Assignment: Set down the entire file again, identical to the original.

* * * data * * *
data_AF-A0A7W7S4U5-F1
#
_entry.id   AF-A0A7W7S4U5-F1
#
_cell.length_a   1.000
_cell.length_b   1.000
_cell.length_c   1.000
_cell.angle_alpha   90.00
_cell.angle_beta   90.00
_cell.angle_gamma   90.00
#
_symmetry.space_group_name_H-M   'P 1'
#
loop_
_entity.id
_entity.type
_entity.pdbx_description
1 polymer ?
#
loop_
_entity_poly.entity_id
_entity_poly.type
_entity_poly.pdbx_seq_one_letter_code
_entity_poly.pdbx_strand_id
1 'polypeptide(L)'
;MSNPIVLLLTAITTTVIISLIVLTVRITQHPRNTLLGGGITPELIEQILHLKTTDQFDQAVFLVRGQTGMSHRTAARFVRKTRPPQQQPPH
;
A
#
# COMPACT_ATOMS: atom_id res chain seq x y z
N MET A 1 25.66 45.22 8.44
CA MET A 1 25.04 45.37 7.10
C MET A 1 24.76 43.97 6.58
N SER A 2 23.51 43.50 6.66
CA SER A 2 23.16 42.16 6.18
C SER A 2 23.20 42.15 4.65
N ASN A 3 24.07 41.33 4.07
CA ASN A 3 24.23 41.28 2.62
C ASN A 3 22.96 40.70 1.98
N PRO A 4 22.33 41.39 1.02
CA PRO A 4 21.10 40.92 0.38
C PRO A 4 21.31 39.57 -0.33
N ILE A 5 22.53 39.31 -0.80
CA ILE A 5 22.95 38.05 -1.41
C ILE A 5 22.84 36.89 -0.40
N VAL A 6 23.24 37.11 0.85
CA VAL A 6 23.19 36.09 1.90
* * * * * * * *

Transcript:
data_AF-A0A7W7S4U5-F1
#
_entry.id   AF-A0A7W7S4U5-F1
#
_cell.length_a   1.000
_cell.length_b   1.000
_cell.length_c   1.000
_cell.angle_alpha   90.00
_cell.angle_beta   90.00
_cell.angle_gamma   90.00
#
_symmetry.space_group_name_H-M   'P 1'
#
loop_
_entity.id
_entity.type
_entity.pdbx_description
1 polymer ?
#
loop_
_entity_poly.entity_id
_entity_poly.type
_entity_poly.pdbx_seq_one_letter_code
_entity_poly.pdbx_strand_id
1 'polypeptide(L)'
;MSNPIVLLLTAITTTVIISLIVLTVRITQHPRNTLLGGGITPELIEQILHLKTTDQFDQAVFLVRGQTGMSHRTAARFVRKTRPPQQQPPH
;
A
#
# COMPACT_ATOMS: atom_id res chain seq x y z
N MET A 1 25.66 45.22 8.44
CA MET A 1 25.04 45.37 7.10
C MET A 1 24.76 43.97 6.58
N SER A 2 23.51 43.50 6.66
CA SER A 2 23.16 42.16 6.18
C SER A 2 23.20 42.15 4.65
N ASN A 3 24.07 41.33 4.07
CA ASN A 3 24.23 41.28 2.62
C ASN A 3 22.96 40.70 1.98
N PRO A 4 22.33 41.39 1.02
CA PRO A 4 21.10 40.92 0.38
C PRO A 4 21.31 39.57 -0.33
N ILE A 5 22.53 39.31 -0.80
CA ILE A 5 22.95 38.05 -1.41
C ILE A 5 22.84 36.89 -0.40
N VAL A 6 23.24 37.11 0.85
CA VAL A 6 23.19 36.09 1.90